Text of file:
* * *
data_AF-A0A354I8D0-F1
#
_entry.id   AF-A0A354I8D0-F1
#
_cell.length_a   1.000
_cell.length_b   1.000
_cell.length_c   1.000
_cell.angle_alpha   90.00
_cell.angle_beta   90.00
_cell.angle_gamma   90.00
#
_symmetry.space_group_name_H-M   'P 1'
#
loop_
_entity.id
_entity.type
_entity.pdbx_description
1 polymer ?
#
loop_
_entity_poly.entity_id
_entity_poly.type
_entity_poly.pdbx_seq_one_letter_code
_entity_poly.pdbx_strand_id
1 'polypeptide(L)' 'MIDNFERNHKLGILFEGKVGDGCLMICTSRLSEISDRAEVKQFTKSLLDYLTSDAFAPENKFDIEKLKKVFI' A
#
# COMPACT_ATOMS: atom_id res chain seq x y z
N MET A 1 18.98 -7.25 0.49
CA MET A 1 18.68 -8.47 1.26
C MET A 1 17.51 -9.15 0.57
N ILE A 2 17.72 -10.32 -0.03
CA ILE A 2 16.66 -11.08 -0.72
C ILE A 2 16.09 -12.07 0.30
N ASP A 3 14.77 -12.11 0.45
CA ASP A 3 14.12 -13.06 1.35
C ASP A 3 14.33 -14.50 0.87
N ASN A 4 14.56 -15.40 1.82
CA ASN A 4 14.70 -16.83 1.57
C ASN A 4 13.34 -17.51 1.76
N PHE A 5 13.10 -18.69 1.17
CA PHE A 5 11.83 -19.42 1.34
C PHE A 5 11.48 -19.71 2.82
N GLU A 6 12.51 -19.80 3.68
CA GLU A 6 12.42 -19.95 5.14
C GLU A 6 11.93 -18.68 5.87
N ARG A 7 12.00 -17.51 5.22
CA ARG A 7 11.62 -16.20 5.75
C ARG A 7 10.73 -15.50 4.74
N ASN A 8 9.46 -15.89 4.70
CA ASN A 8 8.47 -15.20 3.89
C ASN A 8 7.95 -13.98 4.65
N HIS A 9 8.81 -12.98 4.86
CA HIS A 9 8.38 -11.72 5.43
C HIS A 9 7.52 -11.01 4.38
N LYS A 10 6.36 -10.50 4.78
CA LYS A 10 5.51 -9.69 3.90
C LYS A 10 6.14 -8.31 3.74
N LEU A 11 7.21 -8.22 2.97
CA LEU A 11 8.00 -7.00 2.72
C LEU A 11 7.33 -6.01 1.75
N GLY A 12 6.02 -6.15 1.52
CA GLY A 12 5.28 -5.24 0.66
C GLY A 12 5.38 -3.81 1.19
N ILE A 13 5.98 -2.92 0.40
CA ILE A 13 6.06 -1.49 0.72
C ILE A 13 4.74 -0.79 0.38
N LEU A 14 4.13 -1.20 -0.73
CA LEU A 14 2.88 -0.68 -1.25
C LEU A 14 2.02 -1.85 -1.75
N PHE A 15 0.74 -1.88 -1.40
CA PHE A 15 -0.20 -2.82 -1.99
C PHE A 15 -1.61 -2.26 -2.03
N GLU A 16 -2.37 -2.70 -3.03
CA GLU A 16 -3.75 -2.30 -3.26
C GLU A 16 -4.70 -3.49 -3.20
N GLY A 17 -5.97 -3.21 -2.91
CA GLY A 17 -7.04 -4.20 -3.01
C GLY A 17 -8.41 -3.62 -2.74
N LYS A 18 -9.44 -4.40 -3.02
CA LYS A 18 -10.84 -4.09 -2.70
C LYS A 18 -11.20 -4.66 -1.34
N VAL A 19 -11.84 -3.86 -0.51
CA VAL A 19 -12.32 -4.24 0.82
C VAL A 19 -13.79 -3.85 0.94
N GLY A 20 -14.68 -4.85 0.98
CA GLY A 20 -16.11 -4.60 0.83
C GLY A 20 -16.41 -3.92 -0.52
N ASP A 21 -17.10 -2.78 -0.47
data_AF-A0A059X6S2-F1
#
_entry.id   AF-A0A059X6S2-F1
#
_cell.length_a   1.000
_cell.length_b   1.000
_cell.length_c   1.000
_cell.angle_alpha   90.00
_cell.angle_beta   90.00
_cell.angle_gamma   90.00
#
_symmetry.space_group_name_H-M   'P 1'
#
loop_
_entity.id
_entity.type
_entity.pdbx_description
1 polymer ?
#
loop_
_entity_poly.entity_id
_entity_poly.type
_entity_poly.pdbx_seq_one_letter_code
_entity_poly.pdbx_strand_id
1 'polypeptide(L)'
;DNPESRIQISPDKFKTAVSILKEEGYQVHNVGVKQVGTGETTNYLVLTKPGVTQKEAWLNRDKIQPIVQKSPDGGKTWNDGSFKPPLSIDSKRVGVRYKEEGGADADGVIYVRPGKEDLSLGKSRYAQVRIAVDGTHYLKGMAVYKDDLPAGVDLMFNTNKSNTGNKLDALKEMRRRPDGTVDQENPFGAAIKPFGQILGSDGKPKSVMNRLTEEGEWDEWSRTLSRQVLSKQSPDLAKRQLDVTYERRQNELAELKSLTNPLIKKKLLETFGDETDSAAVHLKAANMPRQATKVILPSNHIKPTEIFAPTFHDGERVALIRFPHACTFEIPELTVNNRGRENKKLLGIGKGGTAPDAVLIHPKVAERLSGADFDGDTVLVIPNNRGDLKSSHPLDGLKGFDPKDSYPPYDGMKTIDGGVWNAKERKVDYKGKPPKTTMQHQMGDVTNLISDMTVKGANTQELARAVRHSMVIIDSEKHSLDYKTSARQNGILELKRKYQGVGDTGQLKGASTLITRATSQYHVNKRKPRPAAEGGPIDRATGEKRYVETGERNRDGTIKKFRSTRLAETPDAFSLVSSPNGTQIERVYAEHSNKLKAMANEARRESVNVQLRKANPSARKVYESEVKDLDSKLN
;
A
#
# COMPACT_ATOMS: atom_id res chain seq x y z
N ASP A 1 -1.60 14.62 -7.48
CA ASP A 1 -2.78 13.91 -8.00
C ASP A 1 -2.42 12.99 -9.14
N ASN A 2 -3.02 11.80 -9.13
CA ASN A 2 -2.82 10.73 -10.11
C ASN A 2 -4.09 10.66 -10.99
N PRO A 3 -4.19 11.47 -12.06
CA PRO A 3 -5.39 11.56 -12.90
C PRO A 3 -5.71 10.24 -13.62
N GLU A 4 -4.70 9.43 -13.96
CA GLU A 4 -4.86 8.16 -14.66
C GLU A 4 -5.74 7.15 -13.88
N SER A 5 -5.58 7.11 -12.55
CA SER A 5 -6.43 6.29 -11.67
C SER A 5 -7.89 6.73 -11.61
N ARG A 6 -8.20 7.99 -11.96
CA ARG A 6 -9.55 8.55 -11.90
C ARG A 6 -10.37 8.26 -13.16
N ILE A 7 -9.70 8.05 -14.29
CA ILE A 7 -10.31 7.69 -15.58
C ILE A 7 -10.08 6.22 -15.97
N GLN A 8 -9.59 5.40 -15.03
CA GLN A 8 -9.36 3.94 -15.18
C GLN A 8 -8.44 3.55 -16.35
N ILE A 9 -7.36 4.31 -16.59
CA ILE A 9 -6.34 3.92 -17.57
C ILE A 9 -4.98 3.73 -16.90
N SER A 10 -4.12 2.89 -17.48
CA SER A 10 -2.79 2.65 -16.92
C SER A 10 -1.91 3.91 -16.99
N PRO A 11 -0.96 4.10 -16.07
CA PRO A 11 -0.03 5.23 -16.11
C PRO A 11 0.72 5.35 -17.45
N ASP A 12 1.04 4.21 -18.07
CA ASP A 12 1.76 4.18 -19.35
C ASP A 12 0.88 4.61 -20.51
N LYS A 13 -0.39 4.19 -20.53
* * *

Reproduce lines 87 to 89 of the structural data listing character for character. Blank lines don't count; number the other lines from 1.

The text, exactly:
C GLY A 20 -16.41 -3.92 -0.52
N ASP A 21 -17.10 -2.78 -0.47
data_AF-A0A059X6S2-F1